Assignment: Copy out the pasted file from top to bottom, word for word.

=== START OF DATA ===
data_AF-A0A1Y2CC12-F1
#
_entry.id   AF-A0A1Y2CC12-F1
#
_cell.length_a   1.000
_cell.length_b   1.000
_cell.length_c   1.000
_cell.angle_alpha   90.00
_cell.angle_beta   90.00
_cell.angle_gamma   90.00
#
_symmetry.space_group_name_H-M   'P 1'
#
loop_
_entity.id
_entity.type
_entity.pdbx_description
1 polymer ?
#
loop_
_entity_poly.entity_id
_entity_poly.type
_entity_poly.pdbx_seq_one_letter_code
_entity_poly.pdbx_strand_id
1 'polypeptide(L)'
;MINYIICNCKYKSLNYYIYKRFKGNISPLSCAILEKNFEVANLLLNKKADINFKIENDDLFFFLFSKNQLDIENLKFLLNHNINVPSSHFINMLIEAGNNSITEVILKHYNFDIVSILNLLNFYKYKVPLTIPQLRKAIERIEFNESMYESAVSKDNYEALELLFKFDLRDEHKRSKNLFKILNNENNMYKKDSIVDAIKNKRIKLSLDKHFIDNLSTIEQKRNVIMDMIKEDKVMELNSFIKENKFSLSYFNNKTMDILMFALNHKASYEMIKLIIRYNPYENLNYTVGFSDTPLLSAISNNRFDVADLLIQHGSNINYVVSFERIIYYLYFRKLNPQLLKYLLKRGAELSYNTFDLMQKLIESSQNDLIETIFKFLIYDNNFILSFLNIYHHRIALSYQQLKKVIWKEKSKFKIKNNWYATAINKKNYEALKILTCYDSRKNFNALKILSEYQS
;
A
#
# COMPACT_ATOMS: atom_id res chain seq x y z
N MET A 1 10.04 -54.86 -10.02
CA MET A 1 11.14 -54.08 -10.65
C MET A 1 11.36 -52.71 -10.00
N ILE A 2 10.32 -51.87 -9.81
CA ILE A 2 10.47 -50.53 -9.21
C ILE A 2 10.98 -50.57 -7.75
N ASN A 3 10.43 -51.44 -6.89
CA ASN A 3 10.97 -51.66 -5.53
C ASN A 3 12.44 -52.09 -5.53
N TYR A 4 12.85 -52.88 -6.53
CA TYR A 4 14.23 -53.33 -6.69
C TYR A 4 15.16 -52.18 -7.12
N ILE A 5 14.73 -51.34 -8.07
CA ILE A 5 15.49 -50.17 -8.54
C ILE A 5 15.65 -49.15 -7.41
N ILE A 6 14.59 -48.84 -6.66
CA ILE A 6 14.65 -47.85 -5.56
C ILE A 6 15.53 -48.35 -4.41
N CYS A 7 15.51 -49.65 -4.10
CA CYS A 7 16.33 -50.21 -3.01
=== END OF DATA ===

data_AF-A0A1Y2CC12-F1
#
_entry.id   AF-A0A1Y2CC12-F1
#
_cell.length_a   1.000
_cell.length_b   1.000
_cell.length_c   1.000
_cell.angle_alpha   90.00
_cell.angle_beta   90.00
_cell.angle_gamma   90.00
#
_symmetry.space_group_name_H-M   'P 1'
#
loop_
_entity.id
_entity.type
_entity.pdbx_description
1 polymer ?
#
loop_
_entity_poly.entity_id
_entity_poly.type
_entity_poly.pdbx_seq_one_letter_code
_entity_poly.pdbx_strand_id
1 'polypeptide(L)'
;MINYIICNCKYKSLNYYIYKRFKGNISPLSCAILEKNFEVANLLLNKKADINFKIENDDLFFFLFSKNQLDIENLKFLLNHNINVPSSHFINMLIEAGNNSITEVILKHYNFDIVSILNLLNFYKYKVPLTIPQLRKAIERIEFNESMYESAVSKDNYEALELLFKFDLRDEHKRSKNLFKILNNENNMYKKDSIVDAIKNKRIKLSLDKHFIDNLSTIEQKRNVIMDMIKEDKVMELNSFIKENKFSLSYFNNKTMDILMFALNHKASYEMIKLIIRYNPYENLNYTVGFSDTPLLSAISNNRFDVADLLIQHGSNINYVVSFERIIYYLYFRKLNPQLLKYLLKRGAELSYNTFDLMQKLIESSQNDLIETIFKFLIYDNNFILSFLNIYHHRIALSYQQLKKVIWKEKSKFKIKNNWYATAINKKNYEALKILTCYDSRKNFNALKILSEYQS
;
A
#
# COMPACT_ATOMS: atom_id res chain seq x y z
N MET A 1 10.04 -54.86 -10.02
CA MET A 1 11.14 -54.08 -10.65
C MET A 1 11.36 -52.71 -10.00
N ILE A 2 10.32 -51.87 -9.81
CA ILE A 2 10.47 -50.53 -9.21
C ILE A 2 10.98 -50.57 -7.75
N ASN A 3 10.43 -51.44 -6.89
CA ASN A 3 10.97 -51.66 -5.53
C ASN A 3 12.44 -52.09 -5.53
N TYR A 4 12.85 -52.88 -6.53
CA TYR A 4 14.23 -53.33 -6.69
C TYR A 4 15.16 -52.18 -7.12
N ILE A 5 14.73 -51.34 -8.07
CA ILE A 5 15.49 -50.17 -8.54
C ILE A 5 15.65 -49.15 -7.41
N ILE A 6 14.59 -48.84 -6.66
CA ILE A 6 14.65 -47.85 -5.56
C ILE A 6 15.53 -48.35 -4.41
N CYS A 7 15.51 -49.65 -4.10
CA CYS A 7 16.33 -50.21 -3.01